20 Things You Didn’t Know About Beauty and the Beast

2 of 21

(Original Caption) Walt Disney (1901-1966), famed orignator of full-length animated motion pictures, at work at his drawing board.

20. Disney considered making this into a movie as far back as the 1930s

After the success of Snow White in 1937, Walt Disney searched for other stories that would translate well to the screen. However, story teams had difficulty adapting the 18th-century tale into a modern film, and early attempts were scrapped. Filmmakers may have also been discouraged by Jean Cocteau’s 1946 film adaptation of Beauty and the Beast.

By the 1950s, he had become wrapped up in the creation of his now wildly successful theme parks. Frank Thomas, one of the “Nine Old Men” who made up a core group of animators at Walt Disney Studios, tried to persuade his boss to get involved in animation again. He said that “When Walt became all wrapped up in the theme parks and live-action films, we tried to get him interested in animation again … (Disney) said, “If I ever do go back, there are only two subjects I would want to do. One of them is ‘Beauty and the Beast.’ For the life of me, I can’t remember what the other one was.”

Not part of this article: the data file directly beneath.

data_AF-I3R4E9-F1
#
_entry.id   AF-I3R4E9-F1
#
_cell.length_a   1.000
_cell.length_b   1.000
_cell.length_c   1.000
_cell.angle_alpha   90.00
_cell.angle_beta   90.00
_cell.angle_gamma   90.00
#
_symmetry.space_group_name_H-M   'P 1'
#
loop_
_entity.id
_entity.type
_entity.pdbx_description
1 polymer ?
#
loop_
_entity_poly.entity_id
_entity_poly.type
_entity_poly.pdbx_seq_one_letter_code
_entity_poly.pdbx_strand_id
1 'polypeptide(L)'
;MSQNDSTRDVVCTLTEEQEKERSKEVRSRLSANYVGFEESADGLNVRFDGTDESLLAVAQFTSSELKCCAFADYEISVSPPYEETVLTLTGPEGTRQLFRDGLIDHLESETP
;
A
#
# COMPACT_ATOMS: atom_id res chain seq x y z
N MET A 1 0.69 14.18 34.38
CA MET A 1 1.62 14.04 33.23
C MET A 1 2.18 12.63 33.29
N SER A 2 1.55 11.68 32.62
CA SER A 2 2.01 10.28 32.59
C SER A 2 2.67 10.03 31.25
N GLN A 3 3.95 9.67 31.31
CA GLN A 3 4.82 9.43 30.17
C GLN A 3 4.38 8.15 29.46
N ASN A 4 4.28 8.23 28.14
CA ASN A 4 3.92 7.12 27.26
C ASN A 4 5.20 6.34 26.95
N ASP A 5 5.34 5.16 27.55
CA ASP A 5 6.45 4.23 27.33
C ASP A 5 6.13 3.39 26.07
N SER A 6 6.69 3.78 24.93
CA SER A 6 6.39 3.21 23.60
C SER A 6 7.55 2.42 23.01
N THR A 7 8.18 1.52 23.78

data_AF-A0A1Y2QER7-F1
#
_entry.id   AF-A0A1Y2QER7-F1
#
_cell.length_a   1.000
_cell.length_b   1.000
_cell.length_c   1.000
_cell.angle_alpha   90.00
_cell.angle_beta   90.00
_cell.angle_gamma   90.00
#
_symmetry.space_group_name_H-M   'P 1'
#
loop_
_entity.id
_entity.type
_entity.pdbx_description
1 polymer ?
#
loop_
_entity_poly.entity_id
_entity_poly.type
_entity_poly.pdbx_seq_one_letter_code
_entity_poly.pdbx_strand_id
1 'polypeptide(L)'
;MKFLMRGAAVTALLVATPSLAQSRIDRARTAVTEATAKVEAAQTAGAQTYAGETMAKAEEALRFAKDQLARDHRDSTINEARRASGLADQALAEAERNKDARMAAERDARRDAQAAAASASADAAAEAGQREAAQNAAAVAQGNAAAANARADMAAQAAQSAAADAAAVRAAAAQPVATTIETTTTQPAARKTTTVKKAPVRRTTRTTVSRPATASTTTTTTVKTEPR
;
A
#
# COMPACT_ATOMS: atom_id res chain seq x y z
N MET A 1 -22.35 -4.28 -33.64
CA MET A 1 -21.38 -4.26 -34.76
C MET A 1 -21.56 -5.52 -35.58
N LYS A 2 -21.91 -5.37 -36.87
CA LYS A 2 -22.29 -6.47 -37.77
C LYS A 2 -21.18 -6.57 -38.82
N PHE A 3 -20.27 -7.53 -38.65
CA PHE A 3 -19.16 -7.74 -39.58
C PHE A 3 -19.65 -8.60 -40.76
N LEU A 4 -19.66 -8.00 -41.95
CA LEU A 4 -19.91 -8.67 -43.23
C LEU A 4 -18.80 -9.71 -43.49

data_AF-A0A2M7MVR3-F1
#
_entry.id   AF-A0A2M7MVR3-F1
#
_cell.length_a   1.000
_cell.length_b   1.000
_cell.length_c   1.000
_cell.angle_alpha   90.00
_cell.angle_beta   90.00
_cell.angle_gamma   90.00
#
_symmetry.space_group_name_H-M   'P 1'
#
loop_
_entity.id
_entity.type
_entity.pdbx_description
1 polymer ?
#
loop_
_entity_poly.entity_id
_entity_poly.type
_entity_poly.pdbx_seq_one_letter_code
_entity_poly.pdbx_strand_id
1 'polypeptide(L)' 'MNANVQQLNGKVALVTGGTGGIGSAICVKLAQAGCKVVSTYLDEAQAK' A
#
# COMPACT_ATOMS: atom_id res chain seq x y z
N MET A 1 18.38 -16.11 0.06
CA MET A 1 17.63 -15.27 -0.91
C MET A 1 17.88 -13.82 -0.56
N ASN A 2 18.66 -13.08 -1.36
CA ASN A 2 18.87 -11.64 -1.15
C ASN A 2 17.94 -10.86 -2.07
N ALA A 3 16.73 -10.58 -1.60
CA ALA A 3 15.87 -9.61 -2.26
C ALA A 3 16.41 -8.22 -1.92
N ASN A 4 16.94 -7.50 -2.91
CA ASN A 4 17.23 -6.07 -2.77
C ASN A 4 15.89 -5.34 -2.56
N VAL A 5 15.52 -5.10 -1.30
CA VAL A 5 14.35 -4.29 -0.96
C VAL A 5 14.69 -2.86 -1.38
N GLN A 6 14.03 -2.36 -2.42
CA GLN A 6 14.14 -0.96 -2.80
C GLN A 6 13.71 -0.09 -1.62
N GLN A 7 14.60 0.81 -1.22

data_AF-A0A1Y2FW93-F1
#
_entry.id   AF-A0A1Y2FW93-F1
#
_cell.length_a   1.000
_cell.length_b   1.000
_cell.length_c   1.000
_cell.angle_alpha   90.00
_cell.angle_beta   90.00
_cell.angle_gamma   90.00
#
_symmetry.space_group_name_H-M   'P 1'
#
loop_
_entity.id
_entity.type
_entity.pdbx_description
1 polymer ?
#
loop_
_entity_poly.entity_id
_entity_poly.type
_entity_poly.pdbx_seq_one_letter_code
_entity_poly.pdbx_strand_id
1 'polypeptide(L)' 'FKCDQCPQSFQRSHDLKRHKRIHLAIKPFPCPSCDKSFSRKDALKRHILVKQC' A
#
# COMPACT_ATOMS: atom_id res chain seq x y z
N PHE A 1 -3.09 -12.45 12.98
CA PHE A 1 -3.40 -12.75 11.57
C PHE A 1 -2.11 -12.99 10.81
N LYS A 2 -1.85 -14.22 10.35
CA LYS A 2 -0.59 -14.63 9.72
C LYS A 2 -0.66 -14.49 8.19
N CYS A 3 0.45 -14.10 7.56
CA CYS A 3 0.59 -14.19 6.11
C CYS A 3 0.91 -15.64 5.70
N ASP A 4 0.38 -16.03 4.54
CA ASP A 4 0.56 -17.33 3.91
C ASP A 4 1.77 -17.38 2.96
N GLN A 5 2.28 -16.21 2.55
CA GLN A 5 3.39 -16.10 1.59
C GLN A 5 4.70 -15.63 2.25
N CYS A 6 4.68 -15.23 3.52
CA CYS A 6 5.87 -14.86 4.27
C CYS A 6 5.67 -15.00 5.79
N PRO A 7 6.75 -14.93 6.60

However, there’s no evidence that any serious work on a Beauty and the Beast project started during Disney’s lifetime. The earliest treatments for such a film came well after his death. Pete Young, Vance Gerry, and Steve Hulett created the earliest known treatment in 1983. In that version, the Beast is a catlike monster who lives in a ruined castle. Belle interacts with animals during her stay there, instead of enchanted household objects.